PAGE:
cause of the annual boilpr inspection.
There's no truth in the story at all."
Tho Erie company Is making prepar
ations for the fencing of all their ol
llerles In Dunmore. Lines were stnked
yesterday at No, 5 shaft. A fence eight
feet high, surmounted by two strands
of barb wire. Is to hp built, all of which
looks like anything but an early settle
ment of tho present trouble.
The following Is from the Hazleton
Item of Wednesday:
"The St. Clair Coal company, oper
ators of the second largest individual
colliery In the Schuylkill region, have
granted the demands of the pumpmen,
engineers, etc., for an eight-hour day
at tho same wages during tho present
strike and agree to grant any conces
sions nccorded the men nt tho cxnlr
atlon of the strike by the other oper
ators. Tho men have accepted the offer.
"The operators of tho E. White com
pany at Wadesvllle, u. mile from St,
Clair, have also granted tho same con
cessions, This colliery has not shipped
any mined coal since the December
flood, nnd wero it to fill up now it would
never be reopened."
A joint meeting of Local unions Nos.
1010, 1229 and 1624, of Prlceburg, will be
held tomorrow afternoon at 2 o'clock In
the Dickson City borough building to
formulate ways and means for bringing
the engineers, firemen nnd pumprunuers
In that part of tho district Into line
before next Monday,
Formed by Members of Melita Com
mandery, Knights Templar,
The members of Melita commandery,
No, 68, Knights Templar, have already
organized a "Phlllle club" for the pur
pose of attending tho next annual gath
ering In 1003 nt Philadelphia.
The pilgrimage to the semi-centennial
of the Grand Commandery of
Pennsylvania wilt bo an Important
event, and steps have ulready been
taken to advance on the Quaker city,
Two dozen or more have signified their
Intention of Joining the dub.
Partial arrangements have been en
tered Into with the Central Railroad of
New Jersey for a special train of Pull
man cars, and a committee will go to
Philadelphia next week to engage ac
commodations for the club.
Wayne County Man Kills Forty
three Rattlesnakes'Singlehanded.
Out of Wayne county there comes a
weird and wonderful story of a man's
fight for his life in a den of rattle
snakes. '
The mnn lit Ihe ease Is Frank Hausch
meycr, who lives nt Hondley's nnd who
happened to step Into tho den of rattlo
,flnnkcs InBt Tuesday mornlnff, while out
for a walk. Ho wns quickly hemmed
In by a writhing muss of reptiles nnd
picked up a club, with which he laid
right nnd left.
After he had killed a score or more
of the snakes, he was bit on the end of
the finger by one of them. Ho drew his
trusty knife and with one slash hipped
the end of the member off, thus pre
venting tho poison from entering his
blood. Then ho went back to his work
of snake-kllllng until the bodies of
forty-three reptiles lny prone on tho
ground before him.
Reports are thnt he has been "some
what Indisposed" slnco his experience.
TO BET 1500 ON
Manager Lawson Will Risk That
Amount on the Series of
Oames with Lancaster.
Manager Lawson, of the Scranton
base ball team, when In Lnncnster ear
ly In the week offered to bet Manager
Carman, of the Lancaster club, $500
that Scranton would win tho series of
six gnmes arranged for the two clubs.
Manager Carman said he'd think tho
matter over. Last night Manager Law
son received n telegram from Manager
Carman announcing that a, syndicate
of Lancaster sports havo agreed to
take up his offer, and that one of them
will be here In town today to cover his
money. If the money is put up by both
sides this should greatly add to tho
Interest In the gnmes and encourage
the players to play as snappy ball as
they are capable of.
The first three games of tho scries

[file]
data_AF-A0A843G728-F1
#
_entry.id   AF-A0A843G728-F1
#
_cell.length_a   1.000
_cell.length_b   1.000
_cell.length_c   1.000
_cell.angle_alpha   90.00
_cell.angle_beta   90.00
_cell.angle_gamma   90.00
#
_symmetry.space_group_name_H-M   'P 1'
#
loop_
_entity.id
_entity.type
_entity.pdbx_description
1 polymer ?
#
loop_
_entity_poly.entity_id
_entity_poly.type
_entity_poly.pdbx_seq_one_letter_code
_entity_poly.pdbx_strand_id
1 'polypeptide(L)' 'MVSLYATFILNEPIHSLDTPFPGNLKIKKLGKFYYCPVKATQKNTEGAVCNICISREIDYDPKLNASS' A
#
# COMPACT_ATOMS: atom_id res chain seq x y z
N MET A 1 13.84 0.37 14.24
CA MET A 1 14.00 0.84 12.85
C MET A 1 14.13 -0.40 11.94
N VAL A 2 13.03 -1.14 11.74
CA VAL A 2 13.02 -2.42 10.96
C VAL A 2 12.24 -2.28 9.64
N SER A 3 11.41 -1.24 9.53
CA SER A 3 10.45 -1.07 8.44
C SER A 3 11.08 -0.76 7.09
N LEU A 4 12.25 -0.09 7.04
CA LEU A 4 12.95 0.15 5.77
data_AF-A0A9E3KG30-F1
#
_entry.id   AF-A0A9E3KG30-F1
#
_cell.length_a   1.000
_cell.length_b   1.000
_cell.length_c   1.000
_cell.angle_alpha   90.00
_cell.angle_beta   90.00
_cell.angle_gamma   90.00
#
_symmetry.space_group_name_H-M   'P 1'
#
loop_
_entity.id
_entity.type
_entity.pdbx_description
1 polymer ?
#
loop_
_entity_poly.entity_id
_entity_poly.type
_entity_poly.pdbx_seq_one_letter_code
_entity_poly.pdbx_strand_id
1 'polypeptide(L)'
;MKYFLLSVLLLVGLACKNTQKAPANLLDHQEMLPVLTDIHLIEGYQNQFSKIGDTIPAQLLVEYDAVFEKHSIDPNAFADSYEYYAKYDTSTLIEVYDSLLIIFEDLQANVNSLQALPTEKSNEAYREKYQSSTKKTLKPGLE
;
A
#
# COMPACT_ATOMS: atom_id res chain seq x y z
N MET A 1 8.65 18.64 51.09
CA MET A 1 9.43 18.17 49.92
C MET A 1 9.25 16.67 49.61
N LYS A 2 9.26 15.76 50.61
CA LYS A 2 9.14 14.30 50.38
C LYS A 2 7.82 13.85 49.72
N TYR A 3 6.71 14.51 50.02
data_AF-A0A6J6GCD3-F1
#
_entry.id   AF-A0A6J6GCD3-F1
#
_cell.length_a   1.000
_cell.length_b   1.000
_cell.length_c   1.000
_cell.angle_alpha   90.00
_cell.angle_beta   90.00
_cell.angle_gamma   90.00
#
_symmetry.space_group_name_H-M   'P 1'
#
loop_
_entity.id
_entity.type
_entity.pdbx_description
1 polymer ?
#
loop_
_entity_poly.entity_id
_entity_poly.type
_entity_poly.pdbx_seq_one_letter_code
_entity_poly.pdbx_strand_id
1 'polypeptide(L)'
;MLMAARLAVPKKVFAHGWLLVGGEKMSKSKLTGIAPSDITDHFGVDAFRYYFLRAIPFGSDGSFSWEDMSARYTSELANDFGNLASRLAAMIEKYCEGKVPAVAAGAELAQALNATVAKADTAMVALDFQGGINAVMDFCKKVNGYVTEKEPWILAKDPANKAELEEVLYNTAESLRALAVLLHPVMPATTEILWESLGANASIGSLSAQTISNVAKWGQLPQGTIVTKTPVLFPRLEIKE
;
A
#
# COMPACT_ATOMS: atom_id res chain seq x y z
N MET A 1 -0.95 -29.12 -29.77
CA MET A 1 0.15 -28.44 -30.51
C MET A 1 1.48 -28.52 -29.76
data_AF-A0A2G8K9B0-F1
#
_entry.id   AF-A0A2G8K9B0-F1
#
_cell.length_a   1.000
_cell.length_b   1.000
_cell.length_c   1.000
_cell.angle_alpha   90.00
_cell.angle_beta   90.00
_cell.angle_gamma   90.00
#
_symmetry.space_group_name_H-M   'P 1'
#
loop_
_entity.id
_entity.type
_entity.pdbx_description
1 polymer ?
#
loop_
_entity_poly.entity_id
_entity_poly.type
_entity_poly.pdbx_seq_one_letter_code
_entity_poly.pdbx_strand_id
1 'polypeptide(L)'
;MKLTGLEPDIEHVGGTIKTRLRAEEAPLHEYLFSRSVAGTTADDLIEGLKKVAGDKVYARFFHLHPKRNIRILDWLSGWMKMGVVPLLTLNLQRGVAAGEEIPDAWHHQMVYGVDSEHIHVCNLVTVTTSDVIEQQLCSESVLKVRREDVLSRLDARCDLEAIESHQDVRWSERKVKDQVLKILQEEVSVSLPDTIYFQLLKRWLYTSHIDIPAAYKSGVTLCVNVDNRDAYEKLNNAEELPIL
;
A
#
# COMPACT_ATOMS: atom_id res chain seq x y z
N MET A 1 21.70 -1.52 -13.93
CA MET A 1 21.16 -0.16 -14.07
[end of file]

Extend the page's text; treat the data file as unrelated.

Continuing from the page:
will be played In this city. Scranton
will play the Lancaster club this morn
ing ut 10.15 and this afternoon at S
o'clock. McGeary and Ralney will be
the morning battery and either Wlltsc
or Newberry will pitch In the after
noon with Steinberg behind the bat.
The last three games will be played
in Lancaster on Monday, Tuesday and
Wednesday. If it becomes necessary
to play a seventh game the place for
playing It will bo decided by the tois
of a coin.
There Is1 a possibility that Scranton
may get Into either the New York
State or Eastern league. Manager
Lawson has written to Presidents Far
rcll and Powers respectively asking to
be given a chance to put his team in
when the first vacancy occurs.
The Illon team In the New York
state league is understood to be In a
shaky condition and It Is also under
stood that base ball isn't paying In
Jersey City, which is In the Easts
league. Both these leagues arc fast,
especially the latter, nnd there is no
question but they will last out the
whole season,
Annual Meeting Will Be Held on
Tuesday Evening, June 17.
The executive committee of the High
school alumni association held a meet
ing yesterday afternoon in, the ofnee of
the president, C. E. Daniels, and de
cided to hold their annual meeting on
Tuesday evening, Juno 17.
J. J. Murphy, M. H. Jordan nnd Mis
Ruhel Powell were appointed a commit
tee on programme, and Wallace (J.
Moser, Myer Kabatchnlk and John Mo
Court a committee to arrange for the
place of meeting.
President Daniels wus directed to
meet-the graduating class of 1A02 and
extend to them an invitation to join
the association and participate in the
annual meeting.
Several other mutters pertaining to
the association's work were discussed
and acted on, and the committee ad
journed to meet again next Munduy
afternoon at 4 o'clock In President
Daniels' oflice.
Go with the Crowd on tho Opening
Excursion to Lake Lodoie,
The excursion season will open at
Lake l.ocloro on Decoration dav. May
"0. Among the many attractions will bo
a spirited base bt contest for a purse
of S25, between Scranton and Carbon
dale crack ball teams. The famous
Mozart band, whose superior dance
music In recognised by all lovers of the
fantastic, will turnlsh a delightful pro
gramme In the mammoth balcouv en
circled pavilion, with Its smooth and'
hlghly-pollshcd floor. Caterer M. F.
Faddcn will wvo refreshments In
nbundancc. Tho beautiful lake will be
enlivened with Its ileet of rowbonts, Its
steam yacht, naphtha launches, and Its
large and commodious excursion boat.
Tho Delaware and Hudson ralttoud
will run excursion trains, stopping at
all stations, from AVIlkes-Barre, at
greatly reduced excursion rates. Trains
will leave Lackawanna avenue station
at 9.15 and 10.KI a. in., and 1.28 p. m.
Fare from Scranton, 75 cents.
Mammoth Olives, 25c.
bottle; 88,80 per dozen.